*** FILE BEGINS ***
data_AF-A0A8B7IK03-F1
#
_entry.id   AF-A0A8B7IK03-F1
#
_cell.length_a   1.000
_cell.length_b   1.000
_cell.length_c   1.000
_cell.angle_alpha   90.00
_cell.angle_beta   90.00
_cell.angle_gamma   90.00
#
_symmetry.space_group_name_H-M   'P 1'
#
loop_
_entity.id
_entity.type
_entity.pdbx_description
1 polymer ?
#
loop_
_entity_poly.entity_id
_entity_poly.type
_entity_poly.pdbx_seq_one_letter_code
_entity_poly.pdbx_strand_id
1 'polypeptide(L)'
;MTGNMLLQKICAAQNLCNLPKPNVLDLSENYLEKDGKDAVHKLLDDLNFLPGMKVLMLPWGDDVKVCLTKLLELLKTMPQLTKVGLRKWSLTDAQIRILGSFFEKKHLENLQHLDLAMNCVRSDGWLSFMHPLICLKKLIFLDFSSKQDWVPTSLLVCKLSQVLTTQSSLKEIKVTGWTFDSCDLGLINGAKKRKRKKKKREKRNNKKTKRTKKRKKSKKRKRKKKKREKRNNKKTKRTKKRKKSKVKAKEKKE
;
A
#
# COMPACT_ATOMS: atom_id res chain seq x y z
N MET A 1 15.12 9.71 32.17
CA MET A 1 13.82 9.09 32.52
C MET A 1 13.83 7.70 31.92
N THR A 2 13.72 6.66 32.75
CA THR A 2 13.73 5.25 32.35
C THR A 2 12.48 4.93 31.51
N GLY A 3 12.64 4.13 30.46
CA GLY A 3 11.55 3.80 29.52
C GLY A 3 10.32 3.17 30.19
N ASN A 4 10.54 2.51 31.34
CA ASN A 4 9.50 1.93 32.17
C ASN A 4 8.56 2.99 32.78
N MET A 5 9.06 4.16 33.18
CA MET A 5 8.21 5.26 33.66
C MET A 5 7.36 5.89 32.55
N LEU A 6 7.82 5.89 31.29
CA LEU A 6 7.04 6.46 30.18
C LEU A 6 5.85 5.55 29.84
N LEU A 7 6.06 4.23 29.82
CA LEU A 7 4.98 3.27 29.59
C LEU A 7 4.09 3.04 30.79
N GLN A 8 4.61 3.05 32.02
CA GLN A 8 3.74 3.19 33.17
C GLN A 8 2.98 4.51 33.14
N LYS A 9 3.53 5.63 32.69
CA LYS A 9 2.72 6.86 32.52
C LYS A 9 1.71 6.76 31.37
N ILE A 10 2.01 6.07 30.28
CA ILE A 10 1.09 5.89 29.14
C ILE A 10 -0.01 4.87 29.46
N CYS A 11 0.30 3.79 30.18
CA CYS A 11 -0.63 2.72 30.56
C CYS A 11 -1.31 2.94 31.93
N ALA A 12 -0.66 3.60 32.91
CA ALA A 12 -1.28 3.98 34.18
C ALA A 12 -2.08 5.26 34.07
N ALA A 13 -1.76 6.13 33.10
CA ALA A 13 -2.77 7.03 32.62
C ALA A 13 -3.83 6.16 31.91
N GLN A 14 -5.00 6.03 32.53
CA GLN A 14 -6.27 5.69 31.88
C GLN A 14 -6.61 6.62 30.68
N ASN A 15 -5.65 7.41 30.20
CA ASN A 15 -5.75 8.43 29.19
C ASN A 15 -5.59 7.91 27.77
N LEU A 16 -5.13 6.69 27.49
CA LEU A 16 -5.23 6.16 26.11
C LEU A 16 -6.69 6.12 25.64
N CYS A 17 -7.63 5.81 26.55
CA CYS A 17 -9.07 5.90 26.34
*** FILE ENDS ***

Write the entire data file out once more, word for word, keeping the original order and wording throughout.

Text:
data_AF-A0A8B7IK03-F1
#
_entry.id   AF-A0A8B7IK03-F1
#
_cell.length_a   1.000
_cell.length_b   1.000
_cell.length_c   1.000
_cell.angle_alpha   90.00
_cell.angle_beta   90.00
_cell.angle_gamma   90.00
#
_symmetry.space_group_name_H-M   'P 1'
#
loop_
_entity.id
_entity.type
_entity.pdbx_description
1 polymer ?
#
loop_
_entity_poly.entity_id
_entity_poly.type
_entity_poly.pdbx_seq_one_letter_code
_entity_poly.pdbx_strand_id
1 'polypeptide(L)'
;MTGNMLLQKICAAQNLCNLPKPNVLDLSENYLEKDGKDAVHKLLDDLNFLPGMKVLMLPWGDDVKVCLTKLLELLKTMPQLTKVGLRKWSLTDAQIRILGSFFEKKHLENLQHLDLAMNCVRSDGWLSFMHPLICLKKLIFLDFSSKQDWVPTSLLVCKLSQVLTTQSSLKEIKVTGWTFDSCDLGLINGAKKRKRKKKKREKRNNKKTKRTKKRKKSKKRKRKKKKREKRNNKKTKRTKKRKKSKVKAKEKKE
;
A
#
# COMPACT_ATOMS: atom_id res chain seq x y z
N MET A 1 15.12 9.71 32.17
CA MET A 1 13.82 9.09 32.52
C MET A 1 13.83 7.70 31.92
N THR A 2 13.72 6.66 32.75
CA THR A 2 13.73 5.25 32.35
C THR A 2 12.48 4.93 31.51
N GLY A 3 12.64 4.13 30.46
CA GLY A 3 11.55 3.80 29.52
C GLY A 3 10.32 3.17 30.19
N ASN A 4 10.54 2.51 31.34
CA ASN A 4 9.50 1.93 32.17
C ASN A 4 8.56 2.99 32.78
N MET A 5 9.06 4.16 33.18
CA MET A 5 8.21 5.26 33.66
C MET A 5 7.36 5.89 32.55
N LEU A 6 7.82 5.89 31.29
CA LEU A 6 7.04 6.46 30.18
C LEU A 6 5.85 5.55 29.84
N LEU A 7 6.06 4.23 29.82
CA LEU A 7 4.98 3.27 29.59
C LEU A 7 4.09 3.04 30.79
N GLN A 8 4.61 3.05 32.02
CA GLN A 8 3.74 3.19 33.17
C GLN A 8 2.98 4.51 33.14
N LYS A 9 3.53 5.63 32.69
CA LYS A 9 2.72 6.86 32.52
C LYS A 9 1.71 6.76 31.37
N ILE A 10 2.01 6.07 30.28
CA ILE A 10 1.09 5.89 29.14
C ILE A 10 -0.01 4.87 29.46
N CYS A 11 0.30 3.79 30.18
CA CYS A 11 -0.63 2.72 30.56
C CYS A 11 -1.31 2.94 31.93
N ALA A 12 -0.66 3.60 32.91
CA ALA A 12 -1.28 3.98 34.18
C ALA A 12 -2.08 5.26 34.07
N ALA A 13 -1.76 6.13 33.10
CA ALA A 13 -2.77 7.03 32.62
C ALA A 13 -3.83 6.16 31.91
N GLN A 14 -5.00 6.03 32.53
CA GLN A 14 -6.27 5.69 31.88
C GLN A 14 -6.61 6.62 30.68
N ASN A 15 -5.65 7.41 30.20
CA ASN A 15 -5.75 8.43 29.19
C ASN A 15 -5.59 7.91 27.77
N LEU A 16 -5.13 6.69 27.49
CA LEU A 16 -5.23 6.16 26.11
C LEU A 16 -6.69 6.12 25.64
N CYS A 17 -7.63 5.81 26.55
CA CYS A 17 -9.07 5.90 26.34